Boysenberries also like good drainage. If your soil is very clayey and doesn’t drain well, that may also be contributing to their poor condition. If they are planted in soil that drains well, you can water daily during the hot season. I do.

  3. doug Says:

    Hello I have many boysenberry plants and I have a good amount of fruit but the fruit is small. And the plants dont have much follage. I would like to find out if I need to add more nutrients or if I need more watering. Or both. What is a good fertaliser for these plants. Thank you doug

    • Chris Says:

      Hi Doug,

      I am by no means an expert but, our Boysenberries like the following:

      1. Heat
      2. Rich Soil that drains well
      3. Deep watering
      4. Foliar Fertilizer
      5. Annual Pruning

      To address your specific concerns I would suggest the following:

      1. Excavate the soil down around the roots and replace soil with a mixture of soil and compost. Boysenberry roots are pretty invasive so you probably won’t hurt the plant if you cut into the roots a bit.

      2. Make “wells” around each plant to capture the water and ensure that it drains deep into the root zone. It the water does not drain quickly, you may need to dig down into the soil (as noted above) to allow better water penetration.

      3. Find a good foliar fertilizer that can be sprayed directly onto the leaves of the plants. We like a product called Eleanor’s VF-11. Funny thing, I just checked out their site to make sure that the link was working and noticed that they are using my kids’ fertilizing video on their home page. Cool. Guess I’d better talk to Eleanor about getting some free product in exchange! 🙂

  4. Cyntia Wood Says:

    Can Boysenberries be grown successfully in Centrel Illinois?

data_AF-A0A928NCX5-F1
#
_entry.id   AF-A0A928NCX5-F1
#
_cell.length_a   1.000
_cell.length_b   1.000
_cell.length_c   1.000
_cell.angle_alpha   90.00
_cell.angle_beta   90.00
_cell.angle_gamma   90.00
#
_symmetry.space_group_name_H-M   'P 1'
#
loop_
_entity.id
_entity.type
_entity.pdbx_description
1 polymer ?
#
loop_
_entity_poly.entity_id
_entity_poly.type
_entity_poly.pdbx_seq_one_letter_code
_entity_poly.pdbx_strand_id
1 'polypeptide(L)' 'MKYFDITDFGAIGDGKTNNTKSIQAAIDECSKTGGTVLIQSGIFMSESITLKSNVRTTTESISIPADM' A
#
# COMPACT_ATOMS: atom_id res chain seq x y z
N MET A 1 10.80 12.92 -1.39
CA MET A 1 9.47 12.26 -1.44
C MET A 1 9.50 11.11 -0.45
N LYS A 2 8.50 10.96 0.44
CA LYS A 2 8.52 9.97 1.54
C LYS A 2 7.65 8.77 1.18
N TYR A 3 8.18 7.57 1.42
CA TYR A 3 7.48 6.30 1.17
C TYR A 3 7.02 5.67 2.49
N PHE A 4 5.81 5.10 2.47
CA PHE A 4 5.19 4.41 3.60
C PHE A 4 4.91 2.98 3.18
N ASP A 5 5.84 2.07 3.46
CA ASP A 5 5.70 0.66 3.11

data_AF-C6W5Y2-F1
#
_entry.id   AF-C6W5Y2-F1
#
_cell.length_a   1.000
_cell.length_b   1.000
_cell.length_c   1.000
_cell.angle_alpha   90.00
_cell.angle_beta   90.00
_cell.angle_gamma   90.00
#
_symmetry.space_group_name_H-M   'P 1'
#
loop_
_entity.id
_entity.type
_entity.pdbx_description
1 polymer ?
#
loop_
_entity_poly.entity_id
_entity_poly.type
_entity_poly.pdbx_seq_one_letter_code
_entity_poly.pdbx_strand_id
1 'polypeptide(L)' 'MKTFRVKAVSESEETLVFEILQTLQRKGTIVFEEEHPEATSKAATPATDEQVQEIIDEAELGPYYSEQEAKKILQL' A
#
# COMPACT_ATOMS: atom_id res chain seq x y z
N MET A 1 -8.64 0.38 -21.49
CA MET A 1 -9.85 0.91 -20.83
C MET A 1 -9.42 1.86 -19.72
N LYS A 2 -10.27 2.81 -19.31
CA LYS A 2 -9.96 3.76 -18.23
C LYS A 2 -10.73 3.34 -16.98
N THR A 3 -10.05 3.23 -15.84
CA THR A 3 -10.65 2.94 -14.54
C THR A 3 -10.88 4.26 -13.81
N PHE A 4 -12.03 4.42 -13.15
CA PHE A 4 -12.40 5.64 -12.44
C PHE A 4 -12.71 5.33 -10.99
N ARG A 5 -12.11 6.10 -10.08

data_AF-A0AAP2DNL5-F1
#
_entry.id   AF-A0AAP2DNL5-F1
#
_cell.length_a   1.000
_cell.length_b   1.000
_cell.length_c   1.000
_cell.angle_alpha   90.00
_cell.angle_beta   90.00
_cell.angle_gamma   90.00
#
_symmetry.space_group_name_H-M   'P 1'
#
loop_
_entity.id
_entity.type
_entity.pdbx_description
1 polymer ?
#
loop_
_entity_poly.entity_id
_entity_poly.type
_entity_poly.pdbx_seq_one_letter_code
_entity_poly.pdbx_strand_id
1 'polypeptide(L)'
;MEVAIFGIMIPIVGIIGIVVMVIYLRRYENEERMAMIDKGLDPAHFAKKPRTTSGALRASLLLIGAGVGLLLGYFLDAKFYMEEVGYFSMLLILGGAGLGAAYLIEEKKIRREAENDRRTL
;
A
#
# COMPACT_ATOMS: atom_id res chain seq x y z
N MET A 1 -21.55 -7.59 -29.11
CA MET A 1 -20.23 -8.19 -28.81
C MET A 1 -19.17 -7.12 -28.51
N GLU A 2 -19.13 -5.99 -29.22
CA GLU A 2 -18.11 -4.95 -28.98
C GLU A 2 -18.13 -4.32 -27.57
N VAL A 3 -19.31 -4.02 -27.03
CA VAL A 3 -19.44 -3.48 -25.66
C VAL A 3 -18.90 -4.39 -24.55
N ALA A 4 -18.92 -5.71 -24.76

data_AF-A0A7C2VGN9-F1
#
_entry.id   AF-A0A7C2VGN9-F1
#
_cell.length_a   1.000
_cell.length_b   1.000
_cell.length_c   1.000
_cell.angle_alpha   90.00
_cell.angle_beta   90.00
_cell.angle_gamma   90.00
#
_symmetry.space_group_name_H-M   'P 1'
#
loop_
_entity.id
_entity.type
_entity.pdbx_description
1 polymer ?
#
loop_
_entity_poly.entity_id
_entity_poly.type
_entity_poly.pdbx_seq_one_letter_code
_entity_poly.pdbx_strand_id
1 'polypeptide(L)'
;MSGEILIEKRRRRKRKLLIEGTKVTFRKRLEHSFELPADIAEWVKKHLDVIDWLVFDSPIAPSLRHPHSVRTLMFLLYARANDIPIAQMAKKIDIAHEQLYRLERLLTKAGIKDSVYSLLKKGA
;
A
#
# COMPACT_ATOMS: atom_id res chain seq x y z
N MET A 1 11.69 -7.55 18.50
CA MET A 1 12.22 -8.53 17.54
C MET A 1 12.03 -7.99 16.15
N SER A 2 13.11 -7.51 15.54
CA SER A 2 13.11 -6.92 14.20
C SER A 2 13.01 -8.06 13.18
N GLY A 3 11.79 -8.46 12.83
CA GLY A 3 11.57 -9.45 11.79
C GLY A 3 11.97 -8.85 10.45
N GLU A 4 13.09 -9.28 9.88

5. igardendaily Says:

    Hi, I just planted a thornless boysenberry today! Afterwards, I came inside to check and see if I did anything wrong…thanks for your great post. I think I have done everything correctly but I love how you are growing yours on a trellis. I put mine slightly in front of a fence so it could have it as some support and protection against wind. Your’s is very attractive, more so than along the fence!

  6. Gloria Says:

    Okay, so I bought some thornless boysenberries last spring and planted them and they bore a lot more fruit than I was expecting. They flourished in the spot we put them…they absolutely love the dryer vent! That said I have been evil and haven’t paid any attention to them since. They need to be pruned I am sure as they are all over the place, but at this point how do I tell the primocane from floracane? Is it too late to prune them? Should I just wait and prune them at the end of the next cycle? Thanks for any advice you can give. Oh, and I live in Los Angeles County to give you an idea of my weather.

  7. Caroline Ferreri Says:

    In looking at your diagrams, it looks like you can space the vines 3 ft apart or 5 ft apart…is one better than the other? We just got 5 vines and are going to put them in pots until we figure out where to plant, and how far apart. Thanks

    • Chris Says:

      5 ft is probably better as it will give more room for branches to spread. Less shading by other branches means more sunlight reaches the plant.